Windows 8, released to the wild last October, seems stuck in a no-win situation.
On the one hand, it is not catching on with Android- and iOS-loving consumers turned off by the Windows 8 tile-based interface and the Windows App Store, which by Android and Apple standards, is anemic and disorganized. And these days, consumer technology is frequently a precursor to enterprise technology as shown by the BYOD (bring your own device) phenomenon.
On the other hand, the situation for Windows 8 isn't any better in the enterprise. IT decision-makers interviewed for a new Forrester report don't see the Windows 8 experience as an improvement over the stable and well-liked Windows 7, mostly due to confusing behavior between applications running in the "Metro" touch interface and those running in the traditional desktop mode.
In the report, entitled "IT Will Skip Windows 8 as the Enterprise Standard," IT professionals reveal that a top concern about Windows 8 is the "potential for significant user training and support and the need for application redesign to take advantage of the new Windows 8 interface."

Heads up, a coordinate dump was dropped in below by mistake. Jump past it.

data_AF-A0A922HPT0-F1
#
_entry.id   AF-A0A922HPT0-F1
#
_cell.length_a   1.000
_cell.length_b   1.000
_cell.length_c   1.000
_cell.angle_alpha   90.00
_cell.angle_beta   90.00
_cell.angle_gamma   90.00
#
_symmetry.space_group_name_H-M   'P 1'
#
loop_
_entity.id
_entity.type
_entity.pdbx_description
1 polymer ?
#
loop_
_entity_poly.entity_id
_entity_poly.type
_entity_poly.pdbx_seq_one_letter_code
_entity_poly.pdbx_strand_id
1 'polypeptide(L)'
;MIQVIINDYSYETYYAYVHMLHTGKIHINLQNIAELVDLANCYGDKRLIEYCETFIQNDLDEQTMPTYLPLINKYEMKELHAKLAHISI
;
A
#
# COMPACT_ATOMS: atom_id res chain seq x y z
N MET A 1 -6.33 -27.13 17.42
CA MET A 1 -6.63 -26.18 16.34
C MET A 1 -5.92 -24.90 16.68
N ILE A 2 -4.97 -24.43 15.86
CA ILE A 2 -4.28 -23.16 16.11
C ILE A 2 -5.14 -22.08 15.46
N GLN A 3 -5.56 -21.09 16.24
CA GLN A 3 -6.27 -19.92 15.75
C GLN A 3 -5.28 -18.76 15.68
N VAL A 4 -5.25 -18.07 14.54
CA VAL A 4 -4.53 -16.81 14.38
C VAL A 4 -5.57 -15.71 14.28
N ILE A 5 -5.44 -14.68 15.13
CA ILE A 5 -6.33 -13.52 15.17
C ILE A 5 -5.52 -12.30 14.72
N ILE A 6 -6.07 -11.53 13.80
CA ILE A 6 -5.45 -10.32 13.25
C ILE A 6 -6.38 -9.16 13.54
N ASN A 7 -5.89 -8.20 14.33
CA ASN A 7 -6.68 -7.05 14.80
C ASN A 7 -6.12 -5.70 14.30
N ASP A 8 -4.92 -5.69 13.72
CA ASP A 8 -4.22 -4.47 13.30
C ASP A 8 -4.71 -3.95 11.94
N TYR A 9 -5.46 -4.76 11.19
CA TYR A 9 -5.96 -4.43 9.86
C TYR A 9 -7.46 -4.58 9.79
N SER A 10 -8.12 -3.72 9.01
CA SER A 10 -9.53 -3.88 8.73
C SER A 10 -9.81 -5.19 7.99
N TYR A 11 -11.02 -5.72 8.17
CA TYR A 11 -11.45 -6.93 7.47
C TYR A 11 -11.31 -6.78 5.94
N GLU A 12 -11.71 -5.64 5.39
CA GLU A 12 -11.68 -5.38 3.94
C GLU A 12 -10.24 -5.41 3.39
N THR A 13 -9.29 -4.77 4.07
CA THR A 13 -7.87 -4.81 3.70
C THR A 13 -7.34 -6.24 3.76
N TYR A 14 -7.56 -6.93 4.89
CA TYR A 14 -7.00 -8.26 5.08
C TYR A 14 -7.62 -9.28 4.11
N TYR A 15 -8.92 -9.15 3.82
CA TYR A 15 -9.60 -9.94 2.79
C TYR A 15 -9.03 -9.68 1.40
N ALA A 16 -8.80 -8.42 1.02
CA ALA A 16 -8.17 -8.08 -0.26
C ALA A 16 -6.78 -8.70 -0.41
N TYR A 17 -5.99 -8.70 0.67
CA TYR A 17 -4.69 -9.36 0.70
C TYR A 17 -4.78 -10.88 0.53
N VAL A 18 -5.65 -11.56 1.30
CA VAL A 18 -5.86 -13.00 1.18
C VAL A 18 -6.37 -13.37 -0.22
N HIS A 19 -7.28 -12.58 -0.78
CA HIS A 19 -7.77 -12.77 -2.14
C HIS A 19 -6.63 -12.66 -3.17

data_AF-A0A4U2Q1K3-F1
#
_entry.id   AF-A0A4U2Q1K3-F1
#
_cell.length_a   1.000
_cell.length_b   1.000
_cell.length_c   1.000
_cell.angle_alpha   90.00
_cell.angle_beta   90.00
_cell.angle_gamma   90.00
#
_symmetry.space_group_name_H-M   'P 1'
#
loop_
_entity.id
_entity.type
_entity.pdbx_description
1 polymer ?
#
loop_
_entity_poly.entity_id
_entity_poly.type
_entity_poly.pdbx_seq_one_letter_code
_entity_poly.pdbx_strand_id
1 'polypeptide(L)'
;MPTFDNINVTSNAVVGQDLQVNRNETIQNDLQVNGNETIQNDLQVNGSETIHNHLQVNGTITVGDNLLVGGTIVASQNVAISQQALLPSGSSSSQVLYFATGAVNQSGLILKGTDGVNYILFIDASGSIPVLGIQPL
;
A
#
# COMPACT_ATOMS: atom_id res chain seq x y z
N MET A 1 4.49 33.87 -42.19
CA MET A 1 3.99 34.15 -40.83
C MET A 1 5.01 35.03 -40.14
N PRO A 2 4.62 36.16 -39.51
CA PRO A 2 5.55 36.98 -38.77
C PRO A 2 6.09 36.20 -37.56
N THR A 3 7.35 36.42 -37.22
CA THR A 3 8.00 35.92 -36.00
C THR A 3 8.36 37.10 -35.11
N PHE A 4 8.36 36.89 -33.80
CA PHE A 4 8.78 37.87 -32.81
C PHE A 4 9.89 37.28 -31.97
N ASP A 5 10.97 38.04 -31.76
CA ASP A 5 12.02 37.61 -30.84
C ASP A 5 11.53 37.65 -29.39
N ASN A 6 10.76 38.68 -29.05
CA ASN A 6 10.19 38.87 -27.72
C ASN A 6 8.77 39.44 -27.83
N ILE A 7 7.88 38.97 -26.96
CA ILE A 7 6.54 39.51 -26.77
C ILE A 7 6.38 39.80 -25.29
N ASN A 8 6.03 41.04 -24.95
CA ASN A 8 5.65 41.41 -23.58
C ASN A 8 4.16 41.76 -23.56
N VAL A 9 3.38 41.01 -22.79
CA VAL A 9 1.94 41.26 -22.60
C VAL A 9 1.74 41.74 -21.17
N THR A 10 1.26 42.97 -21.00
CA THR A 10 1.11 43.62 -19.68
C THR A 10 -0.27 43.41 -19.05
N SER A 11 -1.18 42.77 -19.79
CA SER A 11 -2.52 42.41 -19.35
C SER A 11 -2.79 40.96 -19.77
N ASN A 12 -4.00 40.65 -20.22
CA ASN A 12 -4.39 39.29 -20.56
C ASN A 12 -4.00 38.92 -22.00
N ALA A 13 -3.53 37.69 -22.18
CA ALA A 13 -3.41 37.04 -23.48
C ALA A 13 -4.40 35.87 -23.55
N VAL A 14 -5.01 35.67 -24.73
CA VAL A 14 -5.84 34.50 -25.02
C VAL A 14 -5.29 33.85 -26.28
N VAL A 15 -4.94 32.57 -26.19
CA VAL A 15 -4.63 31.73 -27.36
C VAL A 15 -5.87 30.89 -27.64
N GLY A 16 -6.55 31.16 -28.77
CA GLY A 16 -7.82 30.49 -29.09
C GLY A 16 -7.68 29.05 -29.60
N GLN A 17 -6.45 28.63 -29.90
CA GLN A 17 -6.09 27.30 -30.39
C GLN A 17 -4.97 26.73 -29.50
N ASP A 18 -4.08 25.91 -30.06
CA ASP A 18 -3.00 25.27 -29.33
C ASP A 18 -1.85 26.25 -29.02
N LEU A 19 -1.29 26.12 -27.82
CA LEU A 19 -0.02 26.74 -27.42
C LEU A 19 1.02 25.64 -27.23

Enterprise Still Working on Deploying Windows 7
Also working against Windows 8 adoption: Most enterprises are too caught up in Windows 7 migrations to focus on Windows 8. According to a separate Forrester survey of more than 1,200 IT decision-makers in the U.S. and Europe, 48 percent of current PCs are running Windows 7 and 76 percent of new PCs being deployed in the enterprise are running Windows 7.
"This doesn't mean enterprises will lock out Windows 8," writes report author and Forrester analyst David Johnson. "Some will support it for specific segments of employees, but it is not likely to displace Windows 7 as the platform standard."
Yet it would be a mistake for enterprise IT decision-makers to let Windows 8 slip off the radar. Despite enterprise IT trepidation, employees are more interested in Windows 8 than you might think.
Forrester's Forrsights Employee Survey in Q4 2012 showed that 38 percent of employees would prefer to use Windows 8 on their work computers, compared with 35 percent for Windows 7. Windows 8 may have a confusing user interface, but it is unquestionably more modern than the three-and-a-half-year-old Windows 7.
"Windows 8 opens up entirely new use cases for Microsoft customers," writes Johnson, "which will only gain momentum as the app ecosystem ramps up development and hardware vendors offer new designs that blend the lines between tablets and traditional PCs."
In short, IT should give employees freedom to work on Windows 8 PCs as the BYOD trends continues. Here are five ways enterprise IT should prepare, according to Forrester.
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